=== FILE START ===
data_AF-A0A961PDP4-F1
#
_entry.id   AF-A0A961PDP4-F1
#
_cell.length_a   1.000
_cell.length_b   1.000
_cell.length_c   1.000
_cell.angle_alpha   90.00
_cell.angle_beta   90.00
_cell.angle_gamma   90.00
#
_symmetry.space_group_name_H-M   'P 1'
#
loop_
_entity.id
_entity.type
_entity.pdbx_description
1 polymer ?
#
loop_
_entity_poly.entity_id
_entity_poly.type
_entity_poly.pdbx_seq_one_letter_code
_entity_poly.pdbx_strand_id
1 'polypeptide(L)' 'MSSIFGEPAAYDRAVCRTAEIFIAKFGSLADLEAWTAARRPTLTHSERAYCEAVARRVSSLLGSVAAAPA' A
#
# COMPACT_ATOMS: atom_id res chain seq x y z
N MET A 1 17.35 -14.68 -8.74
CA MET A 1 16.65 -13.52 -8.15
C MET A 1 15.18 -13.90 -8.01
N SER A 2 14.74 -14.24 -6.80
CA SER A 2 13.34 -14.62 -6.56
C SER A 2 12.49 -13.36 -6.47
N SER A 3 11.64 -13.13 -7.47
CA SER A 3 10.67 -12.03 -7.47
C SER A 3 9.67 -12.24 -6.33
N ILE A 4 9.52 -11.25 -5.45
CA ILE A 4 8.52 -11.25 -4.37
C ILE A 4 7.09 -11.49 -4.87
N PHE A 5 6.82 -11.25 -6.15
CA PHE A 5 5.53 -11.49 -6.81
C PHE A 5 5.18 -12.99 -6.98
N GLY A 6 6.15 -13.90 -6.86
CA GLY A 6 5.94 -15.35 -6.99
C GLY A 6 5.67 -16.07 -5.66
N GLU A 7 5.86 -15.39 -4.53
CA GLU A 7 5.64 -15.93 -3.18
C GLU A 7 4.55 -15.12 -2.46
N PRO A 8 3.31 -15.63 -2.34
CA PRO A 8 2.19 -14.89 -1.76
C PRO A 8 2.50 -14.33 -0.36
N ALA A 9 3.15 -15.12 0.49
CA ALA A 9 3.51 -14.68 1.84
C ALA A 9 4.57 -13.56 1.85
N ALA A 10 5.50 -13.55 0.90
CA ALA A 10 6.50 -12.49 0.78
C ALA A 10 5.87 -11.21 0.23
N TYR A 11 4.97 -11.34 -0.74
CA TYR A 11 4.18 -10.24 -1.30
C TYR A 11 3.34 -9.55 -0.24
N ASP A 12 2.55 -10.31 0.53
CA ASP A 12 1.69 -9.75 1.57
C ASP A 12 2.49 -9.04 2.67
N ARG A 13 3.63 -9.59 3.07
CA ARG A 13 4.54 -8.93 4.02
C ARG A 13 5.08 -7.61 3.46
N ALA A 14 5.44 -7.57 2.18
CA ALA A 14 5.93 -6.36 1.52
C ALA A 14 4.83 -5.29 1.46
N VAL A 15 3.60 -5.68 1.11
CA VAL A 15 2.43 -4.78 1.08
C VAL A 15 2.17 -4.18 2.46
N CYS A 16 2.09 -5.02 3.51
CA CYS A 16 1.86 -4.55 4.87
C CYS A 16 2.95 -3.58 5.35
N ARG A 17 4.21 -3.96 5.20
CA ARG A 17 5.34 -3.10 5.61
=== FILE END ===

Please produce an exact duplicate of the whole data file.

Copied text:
data_AF-A0A961PDP4-F1
#
_entry.id   AF-A0A961PDP4-F1
#
_cell.length_a   1.000
_cell.length_b   1.000
_cell.length_c   1.000
_cell.angle_alpha   90.00
_cell.angle_beta   90.00
_cell.angle_gamma   90.00
#
_symmetry.space_group_name_H-M   'P 1'
#
loop_
_entity.id
_entity.type
_entity.pdbx_description
1 polymer ?
#
loop_
_entity_poly.entity_id
_entity_poly.type
_entity_poly.pdbx_seq_one_letter_code
_entity_poly.pdbx_strand_id
1 'polypeptide(L)' 'MSSIFGEPAAYDRAVCRTAEIFIAKFGSLADLEAWTAARRPTLTHSERAYCEAVARRVSSLLGSVAAAPA' A
#
# COMPACT_ATOMS: atom_id res chain seq x y z
N MET A 1 17.35 -14.68 -8.74
CA MET A 1 16.65 -13.52 -8.15
C MET A 1 15.18 -13.90 -8.01
N SER A 2 14.74 -14.24 -6.80
CA SER A 2 13.34 -14.62 -6.56
C SER A 2 12.49 -13.36 -6.47
N SER A 3 11.64 -13.13 -7.47
CA SER A 3 10.67 -12.03 -7.47
C SER A 3 9.67 -12.24 -6.33
N ILE A 4 9.52 -11.25 -5.45
CA ILE A 4 8.52 -11.25 -4.37
C ILE A 4 7.09 -11.49 -4.87
N PHE A 5 6.82 -11.25 -6.15
CA PHE A 5 5.53 -11.49 -6.81
C PHE A 5 5.18 -12.99 -6.98
N GLY A 6 6.15 -13.90 -6.86
CA GLY A 6 5.94 -15.35 -6.99
C GLY A 6 5.67 -16.07 -5.66
N GLU A 7 5.86 -15.39 -4.53
CA GLU A 7 5.64 -15.93 -3.18
C GLU A 7 4.55 -15.12 -2.46
N PRO A 8 3.31 -15.63 -2.34
CA PRO A 8 2.19 -14.89 -1.76
C PRO A 8 2.50 -14.33 -0.36
N ALA A 9 3.15 -15.12 0.49
CA ALA A 9 3.51 -14.68 1.84
C ALA A 9 4.57 -13.56 1.85
N ALA A 10 5.50 -13.55 0.90
CA ALA A 10 6.50 -12.49 0.78
C ALA A 10 5.87 -11.21 0.23
N TYR A 11 4.97 -11.34 -0.74
CA TYR A 11 4.18 -10.24 -1.30
C TYR A 11 3.34 -9.55 -0.24
N ASP A 12 2.55 -10.31 0.53
CA ASP A 12 1.69 -9.75 1.57
C ASP A 12 2.49 -9.04 2.67
N ARG A 13 3.63 -9.59 3.07
CA ARG A 13 4.54 -8.93 4.02
C ARG A 13 5.08 -7.61 3.46
N ALA A 14 5.44 -7.57 2.18
CA ALA A 14 5.93 -6.36 1.52
C ALA A 14 4.83 -5.29 1.46
N VAL A 15 3.60 -5.68 1.11
CA VAL A 15 2.43 -4.78 1.08
C VAL A 15 2.17 -4.18 2.46
N CYS A 16 2.09 -5.02 3.51
CA CYS A 16 1.86 -4.55 4.87
C CYS A 16 2.95 -3.58 5.35
N ARG A 17 4.21 -3.96 5.20
CA ARG A 17 5.34 -3.10 5.61